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Returns a new Haste effect.


Create a Haste effect.

Haste effects add +4 dodge AC, +1 action/round (be it a spell, so can cast 1 every 3 seconds, or an extra attack (be it spell or attack)) and 50% movement speed increase.

Haste doesn't stack - item haste is exactly the same as these effects, even down to the dodge AC. Two hastes can be applied at once. I highly HIGHLY recommend no permanent haste items in a module, they are highly unbalancing and worth a great many vorpal weapons.

The target this effect is applied to must be a creature for it to work. This effect should not be applied instantly, only temporarily or permanently.


This can be emulated by linking suitable other effects (EffectModifyAttacks(), EffectACIncrease(), EffectMovementSpeedIncrease()) if you do not want to give them an extra spell each round, which is not included in the 3.5E rules because it wasn't the aim of the spell to make mages that quick at casting spells. You do lose the benefit of the "balancing" of EffectHaste and EffectSlow however; see breakdown.

Note: in NWN:EE EffectModifyAttacks is better than the added attack haste grants.

Haste is not overridden or dispelled by, but merely overlaps with Slow, as in they just cancel each other.

The dodge AC stacks as if it were a normal EffectACIncrease().

The extra attack can be a normal bonus melee attack (at your full, highest, base attack bonus), or even another spell - that is, spells take 3 seconds to cast and you can cast 2 in a round.

Effect functions are Constructors, which are special methods that help construct effect "objects". You can declare and link effects, and apply them using an ApplyEffectToObject() Command. Once applied, each effect can be got separately via. looping valid effects on the target (GetFirst/NextEffect()). See the Effect Tutorial for more details.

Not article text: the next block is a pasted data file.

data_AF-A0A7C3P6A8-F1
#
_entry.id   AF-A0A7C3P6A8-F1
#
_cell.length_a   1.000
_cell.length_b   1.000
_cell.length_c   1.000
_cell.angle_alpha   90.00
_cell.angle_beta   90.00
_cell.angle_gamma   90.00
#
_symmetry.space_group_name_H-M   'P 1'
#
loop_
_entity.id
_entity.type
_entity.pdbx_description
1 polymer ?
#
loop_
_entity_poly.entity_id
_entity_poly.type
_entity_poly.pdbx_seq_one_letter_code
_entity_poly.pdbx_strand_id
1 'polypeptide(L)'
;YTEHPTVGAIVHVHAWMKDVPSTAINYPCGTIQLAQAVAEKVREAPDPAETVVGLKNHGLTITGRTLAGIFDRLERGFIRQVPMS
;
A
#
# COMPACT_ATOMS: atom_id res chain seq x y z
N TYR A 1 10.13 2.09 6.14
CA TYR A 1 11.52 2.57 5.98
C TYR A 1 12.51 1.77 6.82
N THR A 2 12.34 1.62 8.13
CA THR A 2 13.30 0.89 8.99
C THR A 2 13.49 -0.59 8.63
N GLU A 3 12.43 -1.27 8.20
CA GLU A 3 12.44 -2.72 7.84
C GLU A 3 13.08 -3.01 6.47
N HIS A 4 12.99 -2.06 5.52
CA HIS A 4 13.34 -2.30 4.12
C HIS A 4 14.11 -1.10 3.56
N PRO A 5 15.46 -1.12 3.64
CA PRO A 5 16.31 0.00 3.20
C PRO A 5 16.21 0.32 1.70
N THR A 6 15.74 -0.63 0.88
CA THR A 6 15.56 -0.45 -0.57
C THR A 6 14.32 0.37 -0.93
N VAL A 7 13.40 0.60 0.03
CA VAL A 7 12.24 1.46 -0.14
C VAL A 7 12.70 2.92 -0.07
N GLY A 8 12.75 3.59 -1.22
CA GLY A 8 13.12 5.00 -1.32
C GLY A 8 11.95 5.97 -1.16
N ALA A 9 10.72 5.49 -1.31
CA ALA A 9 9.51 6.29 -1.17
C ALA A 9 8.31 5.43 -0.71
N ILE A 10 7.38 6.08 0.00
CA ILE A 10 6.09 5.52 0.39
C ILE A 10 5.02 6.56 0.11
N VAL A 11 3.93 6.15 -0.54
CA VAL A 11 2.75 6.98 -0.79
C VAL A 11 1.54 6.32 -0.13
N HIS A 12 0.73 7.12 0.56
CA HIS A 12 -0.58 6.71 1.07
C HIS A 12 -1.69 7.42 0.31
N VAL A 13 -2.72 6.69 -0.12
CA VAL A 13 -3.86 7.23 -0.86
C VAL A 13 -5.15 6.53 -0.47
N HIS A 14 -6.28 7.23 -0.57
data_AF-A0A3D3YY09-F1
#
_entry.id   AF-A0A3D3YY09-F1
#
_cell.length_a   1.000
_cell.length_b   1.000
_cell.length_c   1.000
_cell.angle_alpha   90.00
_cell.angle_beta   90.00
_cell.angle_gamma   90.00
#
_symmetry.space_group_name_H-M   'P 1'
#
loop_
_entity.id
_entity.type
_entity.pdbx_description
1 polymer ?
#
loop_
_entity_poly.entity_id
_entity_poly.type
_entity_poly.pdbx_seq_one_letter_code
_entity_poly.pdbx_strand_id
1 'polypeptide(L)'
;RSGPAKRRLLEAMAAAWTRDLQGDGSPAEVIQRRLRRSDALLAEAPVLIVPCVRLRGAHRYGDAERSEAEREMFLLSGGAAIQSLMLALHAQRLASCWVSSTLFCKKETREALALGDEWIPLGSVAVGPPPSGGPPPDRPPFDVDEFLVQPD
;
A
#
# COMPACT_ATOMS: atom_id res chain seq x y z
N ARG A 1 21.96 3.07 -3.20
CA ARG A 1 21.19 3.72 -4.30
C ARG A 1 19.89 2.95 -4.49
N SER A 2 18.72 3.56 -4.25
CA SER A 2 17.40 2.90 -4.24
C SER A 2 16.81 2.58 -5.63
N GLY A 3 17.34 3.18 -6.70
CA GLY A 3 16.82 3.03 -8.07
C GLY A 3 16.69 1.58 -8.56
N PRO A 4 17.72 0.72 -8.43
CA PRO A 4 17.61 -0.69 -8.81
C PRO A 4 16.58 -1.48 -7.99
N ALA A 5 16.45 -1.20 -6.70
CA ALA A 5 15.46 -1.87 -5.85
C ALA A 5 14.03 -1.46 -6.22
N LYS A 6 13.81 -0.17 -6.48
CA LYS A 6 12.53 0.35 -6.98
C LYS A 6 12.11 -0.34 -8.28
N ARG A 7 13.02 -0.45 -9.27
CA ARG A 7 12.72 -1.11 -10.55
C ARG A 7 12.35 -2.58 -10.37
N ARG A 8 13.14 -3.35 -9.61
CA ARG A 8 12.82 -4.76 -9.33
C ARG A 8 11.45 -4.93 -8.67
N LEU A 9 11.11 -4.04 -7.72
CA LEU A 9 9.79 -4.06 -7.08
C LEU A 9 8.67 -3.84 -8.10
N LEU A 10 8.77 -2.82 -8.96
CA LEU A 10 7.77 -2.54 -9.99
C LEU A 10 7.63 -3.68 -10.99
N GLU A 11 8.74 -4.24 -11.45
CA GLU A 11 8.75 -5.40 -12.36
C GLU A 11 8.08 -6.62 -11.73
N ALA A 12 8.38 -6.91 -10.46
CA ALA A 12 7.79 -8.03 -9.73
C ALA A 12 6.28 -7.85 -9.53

Effect Breakdown

There is no information available from the effect with GetEffectInteger or similar.

EffectHaste and EffectSlow have a kind of "balancing act" when applied or removed. They count up and apply one or the other depending on the amount, with a equal balance meaning neither applies.

EffectHaste has these internal effects applied:

  • EffectMovementSpeedIncrease(150)
  • Haste flag:
    • Additional spellcasting speed - see below.
    • Have HASTED_BONUS_ATTACKS added (default 1). This is added as an additional attack following normal BAB progression (so +9/+4 gets an additional +1 attack, so 9/4/-1 total.

Spellcasting speed is similar but not entirely the same as Metamagic: Quicken. The effects are:

  • Short spellcasting round time of 3000 is used if hasted. This is defined as the FAST_SPELLCAST_ROUND of ruleset.2da.
  • ConjTime in spells.2da is halved (so a usual 1500 becomes 750) making concentration checks less likely over a round. Quicken lowers it to 500 so even less.
  • You still get a broadcast Attack of Opportunity for each spell unlike Quicken

The FAST_SPELLCAST_ROUND amount controls if you can cast another spell quickly. Setting it to 1000 for instance allows more spells, but due to ConjTime and CastTime there are still lower limits with a default spells.2da. Raising it makes the round slower - so 6000 as the value acts basically the same as normal, excepting the shorter ConjTime haste provides (stopping as many concentration checks). However this has a knockon effect on Quicken spells not quickening.

If hasted counterspells won't work against the creature unless the counterspeller is also hasted.




// Sample code for applying 1 strength damage to a target
void main()
    // This is the Object to apply the effect to.
    object oTarget = OBJECT_SELF;
    // Create the effect to apply
    effect eHaste = EffectHaste();
    // Create the visual portion of the effect. This is instantly
    // applied and not persistent with whether or not we have the
    // above effect.
    effect eVis = EffectVisualEffect(VFX_IMP_HASTE);
    // Apply the visual effect to the target
    ApplyEffectToObject(DURATION_TYPE_INSTANT, eVis, oTarget);
    // Apply the effect to the object   
    ApplyEffectToObject(DURATION_TYPE_PERMANENT, eHaste, oTarget);

See Also



 author: Michael Nork, editor: Jasperre, additional contributor(s): Jasperre